Older people skipping meds due to rising cost
MANY Australians aged over 50 are rationing their medication because of the high cost of prescription medicines, a new survey has found.
A survey of 3188 people carried out by lobby group National Seniors Australia found 21% of Australians aged 50 to 64 are skipping doses to counter mounting costs.
Of those aged over 65, 12% are skipping doses, the findings showed.
National Seniors CEO Michael O'Neill said the extent to which baby boomers were doing without could see access to affordable medication become an election issue.
The survey's findings are to be presented at a Medicines Australia conference in Sydney on Wednesday.
Previous National Seniors research showed that rising living costs mostly hurt the over-70s who, without the benefit of superannuation, survive on small fixed incomes.
But Mr O'Neill said the latest findings suggested it was 50- to 64-year-olds who were struggling with the costs of prescription medicines.
He said the findings confirmed the vital role social security cards such as the Commonwealth Seniors Health Card and the Pensioner Concession Card played in ensuring affordable medicines for over-65s.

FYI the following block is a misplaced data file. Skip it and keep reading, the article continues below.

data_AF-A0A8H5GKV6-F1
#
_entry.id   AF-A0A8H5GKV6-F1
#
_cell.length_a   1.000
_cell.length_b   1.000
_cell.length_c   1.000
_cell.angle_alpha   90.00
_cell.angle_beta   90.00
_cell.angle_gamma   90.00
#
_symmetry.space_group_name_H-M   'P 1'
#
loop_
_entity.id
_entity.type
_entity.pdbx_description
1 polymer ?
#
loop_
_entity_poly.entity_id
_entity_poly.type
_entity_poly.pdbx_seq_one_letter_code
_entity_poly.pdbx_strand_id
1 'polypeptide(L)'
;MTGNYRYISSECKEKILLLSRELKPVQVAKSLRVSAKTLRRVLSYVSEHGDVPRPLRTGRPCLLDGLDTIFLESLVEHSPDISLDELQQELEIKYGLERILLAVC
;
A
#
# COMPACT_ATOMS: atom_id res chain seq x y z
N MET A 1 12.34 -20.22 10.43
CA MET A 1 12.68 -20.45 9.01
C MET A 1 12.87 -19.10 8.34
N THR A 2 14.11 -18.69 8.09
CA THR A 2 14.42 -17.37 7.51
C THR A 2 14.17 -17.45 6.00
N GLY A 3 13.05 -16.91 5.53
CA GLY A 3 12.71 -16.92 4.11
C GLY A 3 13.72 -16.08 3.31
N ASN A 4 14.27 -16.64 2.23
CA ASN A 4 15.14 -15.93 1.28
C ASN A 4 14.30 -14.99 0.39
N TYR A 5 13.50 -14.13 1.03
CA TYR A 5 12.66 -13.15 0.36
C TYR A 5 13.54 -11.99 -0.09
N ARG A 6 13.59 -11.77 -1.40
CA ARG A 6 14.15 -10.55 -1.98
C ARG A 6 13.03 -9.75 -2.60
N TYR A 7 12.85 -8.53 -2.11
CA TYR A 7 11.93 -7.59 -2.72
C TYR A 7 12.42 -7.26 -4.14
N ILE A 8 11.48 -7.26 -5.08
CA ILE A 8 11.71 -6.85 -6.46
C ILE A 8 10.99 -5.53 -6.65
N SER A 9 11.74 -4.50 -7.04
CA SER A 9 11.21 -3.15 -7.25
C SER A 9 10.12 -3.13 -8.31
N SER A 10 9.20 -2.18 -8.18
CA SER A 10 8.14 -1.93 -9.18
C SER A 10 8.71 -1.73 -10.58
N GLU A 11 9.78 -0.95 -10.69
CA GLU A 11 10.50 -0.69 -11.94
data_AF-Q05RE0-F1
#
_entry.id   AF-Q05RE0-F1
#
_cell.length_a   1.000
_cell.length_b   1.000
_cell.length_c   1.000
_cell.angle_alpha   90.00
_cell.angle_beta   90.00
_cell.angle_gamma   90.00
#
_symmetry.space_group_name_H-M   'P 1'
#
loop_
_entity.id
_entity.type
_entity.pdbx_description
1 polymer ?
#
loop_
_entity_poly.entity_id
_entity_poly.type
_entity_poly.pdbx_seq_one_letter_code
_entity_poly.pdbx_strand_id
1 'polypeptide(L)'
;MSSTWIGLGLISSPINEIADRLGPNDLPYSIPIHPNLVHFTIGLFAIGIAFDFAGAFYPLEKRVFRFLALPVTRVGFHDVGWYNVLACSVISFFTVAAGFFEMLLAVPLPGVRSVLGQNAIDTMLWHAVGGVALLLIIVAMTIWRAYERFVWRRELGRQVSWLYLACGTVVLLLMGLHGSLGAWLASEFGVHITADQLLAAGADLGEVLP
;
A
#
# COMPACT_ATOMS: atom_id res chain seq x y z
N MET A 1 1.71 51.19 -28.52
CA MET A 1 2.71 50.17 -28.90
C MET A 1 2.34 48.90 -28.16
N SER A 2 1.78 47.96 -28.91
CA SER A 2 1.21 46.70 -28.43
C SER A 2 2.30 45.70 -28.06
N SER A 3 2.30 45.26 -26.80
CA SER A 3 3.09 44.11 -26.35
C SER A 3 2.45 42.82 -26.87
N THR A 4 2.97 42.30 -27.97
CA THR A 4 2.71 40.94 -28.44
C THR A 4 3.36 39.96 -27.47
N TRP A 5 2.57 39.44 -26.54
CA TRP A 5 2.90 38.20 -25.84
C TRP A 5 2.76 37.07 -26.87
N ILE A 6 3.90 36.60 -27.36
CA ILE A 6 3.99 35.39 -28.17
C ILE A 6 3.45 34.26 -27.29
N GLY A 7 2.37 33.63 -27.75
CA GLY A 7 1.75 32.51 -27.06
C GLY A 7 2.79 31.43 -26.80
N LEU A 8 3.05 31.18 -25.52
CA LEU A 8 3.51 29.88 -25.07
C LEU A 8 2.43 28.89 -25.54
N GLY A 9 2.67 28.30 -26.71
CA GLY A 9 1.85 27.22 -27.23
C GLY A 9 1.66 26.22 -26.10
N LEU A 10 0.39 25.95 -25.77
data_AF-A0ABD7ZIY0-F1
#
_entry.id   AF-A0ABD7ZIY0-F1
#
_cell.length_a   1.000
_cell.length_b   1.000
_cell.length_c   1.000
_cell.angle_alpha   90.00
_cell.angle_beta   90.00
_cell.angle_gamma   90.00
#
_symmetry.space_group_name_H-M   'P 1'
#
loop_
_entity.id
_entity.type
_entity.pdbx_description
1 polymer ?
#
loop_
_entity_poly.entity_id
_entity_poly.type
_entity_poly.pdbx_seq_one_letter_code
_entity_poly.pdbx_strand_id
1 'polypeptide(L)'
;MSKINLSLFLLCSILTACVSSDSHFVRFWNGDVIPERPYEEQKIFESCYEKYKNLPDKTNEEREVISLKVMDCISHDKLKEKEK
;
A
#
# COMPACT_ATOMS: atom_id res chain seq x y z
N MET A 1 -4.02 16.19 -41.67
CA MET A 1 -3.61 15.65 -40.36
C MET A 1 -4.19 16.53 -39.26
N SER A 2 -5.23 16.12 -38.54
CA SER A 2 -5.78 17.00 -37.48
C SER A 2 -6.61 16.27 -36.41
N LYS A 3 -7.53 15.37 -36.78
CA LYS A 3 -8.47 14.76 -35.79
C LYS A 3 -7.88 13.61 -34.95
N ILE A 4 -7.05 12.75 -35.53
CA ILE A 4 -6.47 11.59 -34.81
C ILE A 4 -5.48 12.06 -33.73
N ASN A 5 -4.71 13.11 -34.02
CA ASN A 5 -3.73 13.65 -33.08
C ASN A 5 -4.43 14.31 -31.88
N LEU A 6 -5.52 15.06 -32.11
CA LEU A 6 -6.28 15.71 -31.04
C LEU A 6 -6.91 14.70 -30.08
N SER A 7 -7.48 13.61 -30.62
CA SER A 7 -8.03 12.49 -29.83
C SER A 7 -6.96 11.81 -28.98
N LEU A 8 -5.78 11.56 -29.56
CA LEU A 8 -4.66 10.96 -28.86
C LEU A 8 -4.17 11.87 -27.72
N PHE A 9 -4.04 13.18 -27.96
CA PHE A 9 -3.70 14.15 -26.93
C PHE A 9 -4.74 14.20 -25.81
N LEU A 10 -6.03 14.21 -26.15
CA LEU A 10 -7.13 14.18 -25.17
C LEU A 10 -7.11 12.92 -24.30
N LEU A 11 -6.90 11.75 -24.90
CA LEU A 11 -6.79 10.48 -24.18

"With over half those surveyed saying that higher drug costs would influence their vote, moves to curtail the PBS (Pharmaceutical Benefits Scheme) could become an election issue," Mr O'Neill said.
The survey found around a third of 50- to 64-year-olds had felt financial strain due to prescription costs in the past five years.
Mr O'Neill said many older people were skipping pills or taking smaller doses to curb costs, while even more were looking for cheaper alternatives and some were not filling their prescriptions at all.
KEY STATISTICS FROM THE REPORT:
* 30% of those aged 50–64 reported financial strain in the past five years due to costs of prescription medicines
* 21% of those aged 50–64 facing financial strain are rationing their pills because of the cost
* 41% of those aged 50–64 facing financial strain have sought cheaper alternatives
* 18% of those aged 50–64 facing financial strain have not filled a prescription
* People aged over 65 reported significantly lower levels of financial strain and medicine rationing due to drug costs
* 55% of the 3188 people aged over 50 surveyed say higher drug costs due to loss of government subsidies would influence their vote